When you cite references to articles or books, you will need to put your citations into a specific style. This MSU Library Citing Resources Web site has information on some common styles used for citations.
Citing Books (electronic or not)
When you cite sources I've listed for Finding Background Information (books in Stat!Ref, other electronic medical texts, Encyclopedia of Life Sciences or books from the library shelves), these will be cited as books or chapters of books. Note whether the chapter you're citing has its own authors. If so, cite the title and authors of the chapter as well as the title and editors of the whole book. If it was from an electronic source, you will also need to add in information about when you accessed the source. (Do not just cite Stat!Ref, but make sure you're citing the chapter title and books title within that database.) See guide to citing electronic resources)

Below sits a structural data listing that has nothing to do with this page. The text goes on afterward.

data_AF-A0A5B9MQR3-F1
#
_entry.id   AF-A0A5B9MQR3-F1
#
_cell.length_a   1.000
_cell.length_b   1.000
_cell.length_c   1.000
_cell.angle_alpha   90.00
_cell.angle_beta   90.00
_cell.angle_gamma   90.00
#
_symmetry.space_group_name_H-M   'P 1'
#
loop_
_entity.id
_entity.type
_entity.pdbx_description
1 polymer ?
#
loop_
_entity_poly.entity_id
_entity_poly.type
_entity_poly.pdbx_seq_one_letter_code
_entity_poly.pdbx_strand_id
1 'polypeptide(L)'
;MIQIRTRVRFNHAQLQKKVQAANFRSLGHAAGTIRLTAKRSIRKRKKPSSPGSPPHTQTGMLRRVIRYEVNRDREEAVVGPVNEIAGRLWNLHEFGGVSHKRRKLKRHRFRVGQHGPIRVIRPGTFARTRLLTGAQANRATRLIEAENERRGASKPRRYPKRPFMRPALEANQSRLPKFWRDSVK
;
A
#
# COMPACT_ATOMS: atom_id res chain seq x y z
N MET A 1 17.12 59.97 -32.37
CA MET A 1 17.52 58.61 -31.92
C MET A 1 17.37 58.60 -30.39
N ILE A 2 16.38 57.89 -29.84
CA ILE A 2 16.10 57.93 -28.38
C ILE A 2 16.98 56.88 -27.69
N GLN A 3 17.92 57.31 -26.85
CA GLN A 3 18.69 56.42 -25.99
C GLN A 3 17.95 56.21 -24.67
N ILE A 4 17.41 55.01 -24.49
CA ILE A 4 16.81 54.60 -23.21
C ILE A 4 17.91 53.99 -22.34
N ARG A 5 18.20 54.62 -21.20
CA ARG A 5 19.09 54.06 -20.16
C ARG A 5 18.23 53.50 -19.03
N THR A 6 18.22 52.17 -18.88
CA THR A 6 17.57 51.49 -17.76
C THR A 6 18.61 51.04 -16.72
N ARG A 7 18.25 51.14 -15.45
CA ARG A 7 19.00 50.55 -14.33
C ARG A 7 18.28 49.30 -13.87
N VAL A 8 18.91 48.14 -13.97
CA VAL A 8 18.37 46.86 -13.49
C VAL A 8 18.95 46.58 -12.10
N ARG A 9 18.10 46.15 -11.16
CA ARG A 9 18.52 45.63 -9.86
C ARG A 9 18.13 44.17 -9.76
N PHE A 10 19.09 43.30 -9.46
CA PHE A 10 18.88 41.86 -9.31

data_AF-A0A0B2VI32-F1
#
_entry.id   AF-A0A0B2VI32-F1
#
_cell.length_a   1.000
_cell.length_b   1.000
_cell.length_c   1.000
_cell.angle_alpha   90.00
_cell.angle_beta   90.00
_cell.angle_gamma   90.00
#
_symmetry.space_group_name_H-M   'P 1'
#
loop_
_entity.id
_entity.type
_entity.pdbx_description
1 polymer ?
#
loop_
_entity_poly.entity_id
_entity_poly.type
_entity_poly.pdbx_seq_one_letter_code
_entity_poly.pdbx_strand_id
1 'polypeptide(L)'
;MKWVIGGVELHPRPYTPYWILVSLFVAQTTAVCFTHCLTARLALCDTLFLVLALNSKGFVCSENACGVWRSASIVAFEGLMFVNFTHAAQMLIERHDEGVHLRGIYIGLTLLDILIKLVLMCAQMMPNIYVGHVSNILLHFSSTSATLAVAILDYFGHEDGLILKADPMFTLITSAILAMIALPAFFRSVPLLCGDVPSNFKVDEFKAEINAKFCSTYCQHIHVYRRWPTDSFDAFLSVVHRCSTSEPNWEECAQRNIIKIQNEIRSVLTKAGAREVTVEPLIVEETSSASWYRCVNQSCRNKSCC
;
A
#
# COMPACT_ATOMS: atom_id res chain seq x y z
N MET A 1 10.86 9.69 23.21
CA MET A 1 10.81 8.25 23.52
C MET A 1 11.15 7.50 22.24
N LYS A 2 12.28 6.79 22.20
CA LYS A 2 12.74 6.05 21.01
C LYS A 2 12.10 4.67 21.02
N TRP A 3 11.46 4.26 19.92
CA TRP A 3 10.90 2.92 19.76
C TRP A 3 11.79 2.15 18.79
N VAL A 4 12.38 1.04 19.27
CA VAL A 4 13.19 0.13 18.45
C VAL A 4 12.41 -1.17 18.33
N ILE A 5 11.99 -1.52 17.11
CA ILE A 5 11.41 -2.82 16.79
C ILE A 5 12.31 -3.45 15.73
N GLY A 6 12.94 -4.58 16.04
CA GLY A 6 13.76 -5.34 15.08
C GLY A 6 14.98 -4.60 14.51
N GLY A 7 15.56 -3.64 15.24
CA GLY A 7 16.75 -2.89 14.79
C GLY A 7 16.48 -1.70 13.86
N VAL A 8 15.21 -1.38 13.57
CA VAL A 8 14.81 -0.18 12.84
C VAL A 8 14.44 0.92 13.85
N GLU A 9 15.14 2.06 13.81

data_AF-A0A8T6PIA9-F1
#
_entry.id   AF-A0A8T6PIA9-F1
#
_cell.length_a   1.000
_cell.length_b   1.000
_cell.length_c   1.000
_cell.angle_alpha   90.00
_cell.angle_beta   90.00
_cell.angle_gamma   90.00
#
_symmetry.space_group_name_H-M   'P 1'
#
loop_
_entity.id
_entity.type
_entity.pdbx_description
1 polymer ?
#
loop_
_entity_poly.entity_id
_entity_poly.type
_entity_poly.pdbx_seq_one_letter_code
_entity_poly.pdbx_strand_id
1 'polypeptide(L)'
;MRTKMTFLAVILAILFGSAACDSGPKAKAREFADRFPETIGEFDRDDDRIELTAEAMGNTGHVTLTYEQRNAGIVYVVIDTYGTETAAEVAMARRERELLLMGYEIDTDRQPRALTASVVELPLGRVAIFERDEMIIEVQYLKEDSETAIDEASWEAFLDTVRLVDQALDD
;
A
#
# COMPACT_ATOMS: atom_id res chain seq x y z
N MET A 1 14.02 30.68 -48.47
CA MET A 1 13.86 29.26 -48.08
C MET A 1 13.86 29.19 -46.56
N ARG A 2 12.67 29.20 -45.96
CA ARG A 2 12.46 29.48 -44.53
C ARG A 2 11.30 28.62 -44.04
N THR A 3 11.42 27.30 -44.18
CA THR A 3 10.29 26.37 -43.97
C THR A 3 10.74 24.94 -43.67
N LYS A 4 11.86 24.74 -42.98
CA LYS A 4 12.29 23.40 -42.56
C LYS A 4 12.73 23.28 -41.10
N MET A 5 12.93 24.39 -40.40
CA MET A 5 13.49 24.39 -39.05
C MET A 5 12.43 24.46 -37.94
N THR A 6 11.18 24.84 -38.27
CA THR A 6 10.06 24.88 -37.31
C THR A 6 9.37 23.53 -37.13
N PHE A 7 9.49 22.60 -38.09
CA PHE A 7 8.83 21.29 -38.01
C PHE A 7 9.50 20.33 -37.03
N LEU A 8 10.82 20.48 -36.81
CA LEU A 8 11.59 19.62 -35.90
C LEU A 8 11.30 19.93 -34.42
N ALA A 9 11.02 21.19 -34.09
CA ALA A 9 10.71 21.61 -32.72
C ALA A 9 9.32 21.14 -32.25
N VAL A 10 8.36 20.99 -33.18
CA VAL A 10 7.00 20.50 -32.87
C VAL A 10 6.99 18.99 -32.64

When you get articles through searching the internet or a database like PubMed, cite the article, the journal title, the volume, date, and its authors. Do not cite the information as coming from "the internet" or "PubMed"! PubMed or Google are merely finding tools for the articles, but do not contain the information themselves.
You do not need to do anything special for citing online journals if they are respected medical journals indexed in a database like PubMed. These are unchanging and fixed documents, and so retrieval date is not important. If you are citing an article that you got off the internet from another source, you may need to cite the access date.
Citing other Web Sites
You need to pay careful attention to what type of electronic material you are citing. If it is an online book, follow instructions for citing books. If it is an online journal, follow instructions for citing journal articles. If it is a Web document that is neither of the above, follow general APA instructions for citing Web-based material.